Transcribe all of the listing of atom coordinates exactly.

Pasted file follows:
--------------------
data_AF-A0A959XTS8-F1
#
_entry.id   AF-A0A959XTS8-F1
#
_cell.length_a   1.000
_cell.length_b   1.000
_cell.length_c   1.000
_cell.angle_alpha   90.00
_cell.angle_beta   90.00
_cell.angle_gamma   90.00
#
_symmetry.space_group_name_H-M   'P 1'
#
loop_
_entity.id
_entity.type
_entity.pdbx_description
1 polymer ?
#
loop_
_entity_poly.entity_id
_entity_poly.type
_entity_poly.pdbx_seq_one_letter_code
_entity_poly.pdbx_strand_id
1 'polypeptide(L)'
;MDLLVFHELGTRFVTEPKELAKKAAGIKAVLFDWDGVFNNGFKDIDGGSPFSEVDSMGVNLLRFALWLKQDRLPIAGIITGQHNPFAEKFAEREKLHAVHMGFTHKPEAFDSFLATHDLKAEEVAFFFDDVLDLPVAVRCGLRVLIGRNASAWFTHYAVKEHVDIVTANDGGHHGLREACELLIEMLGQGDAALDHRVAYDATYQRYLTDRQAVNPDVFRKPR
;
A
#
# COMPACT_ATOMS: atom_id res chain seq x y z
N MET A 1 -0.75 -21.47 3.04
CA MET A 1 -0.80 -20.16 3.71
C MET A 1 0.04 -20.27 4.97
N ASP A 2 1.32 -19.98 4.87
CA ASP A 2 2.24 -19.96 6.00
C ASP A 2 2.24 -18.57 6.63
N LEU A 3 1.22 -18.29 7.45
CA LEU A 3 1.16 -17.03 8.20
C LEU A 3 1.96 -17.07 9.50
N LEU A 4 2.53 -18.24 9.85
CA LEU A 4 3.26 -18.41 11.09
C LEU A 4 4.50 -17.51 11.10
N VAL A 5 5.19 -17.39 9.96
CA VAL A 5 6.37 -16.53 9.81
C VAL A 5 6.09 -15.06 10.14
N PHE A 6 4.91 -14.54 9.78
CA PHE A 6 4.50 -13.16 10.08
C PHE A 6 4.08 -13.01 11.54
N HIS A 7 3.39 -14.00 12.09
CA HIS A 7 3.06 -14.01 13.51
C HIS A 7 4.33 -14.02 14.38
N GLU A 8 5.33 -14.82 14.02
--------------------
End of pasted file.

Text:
data_AF-A0A959XTS8-F1
#
_entry.id   AF-A0A959XTS8-F1
#
_cell.length_a   1.000
_cell.length_b   1.000
_cell.length_c   1.000
_cell.angle_alpha   90.00
_cell.angle_beta   90.00
_cell.angle_gamma   90.00
#
_symmetry.space_group_name_H-M   'P 1'
#
loop_
_entity.id
_entity.type
_entity.pdbx_description
1 polymer ?
#
loop_
_entity_poly.entity_id
_entity_poly.type
_entity_poly.pdbx_seq_one_letter_code
_entity_poly.pdbx_strand_id
1 'polypeptide(L)'
;MDLLVFHELGTRFVTEPKELAKKAAGIKAVLFDWDGVFNNGFKDIDGGSPFSEVDSMGVNLLRFALWLKQDRLPIAGIITGQHNPFAEKFAEREKLHAVHMGFTHKPEAFDSFLATHDLKAEEVAFFFDDVLDLPVAVRCGLRVLIGRNASAWFTHYAVKEHVDIVTANDGGHHGLREACELLIEMLGQGDAALDHRVAYDATYQRYLTDRQAVNPDVFRKPR
;
A
#
# COMPACT_ATOMS: atom_id res chain seq x y z
N MET A 1 -0.75 -21.47 3.04
CA MET A 1 -0.80 -20.16 3.71
C MET A 1 0.04 -20.27 4.97
N ASP A 2 1.32 -19.98 4.87
CA ASP A 2 2.24 -19.96 6.00
C ASP A 2 2.24 -18.57 6.63
N LEU A 3 1.22 -18.29 7.45
CA LEU A 3 1.16 -17.03 8.20
C LEU A 3 1.96 -17.07 9.50
N LEU A 4 2.53 -18.24 9.85
CA LEU A 4 3.26 -18.41 11.09
C LEU A 4 4.50 -17.51 11.10
N VAL A 5 5.19 -17.39 9.96
CA VAL A 5 6.37 -16.53 9.81
C VAL A 5 6.09 -15.06 10.14
N PHE A 6 4.91 -14.54 9.78
CA PHE A 6 4.50 -13.16 10.08
C PHE A 6 4.08 -13.01 11.54
N HIS A 7 3.39 -14.00 12.09
CA HIS A 7 3.06 -14.01 13.51
C HIS A 7 4.33 -14.02 14.38
N GLU A 8 5.33 -14.82 14.02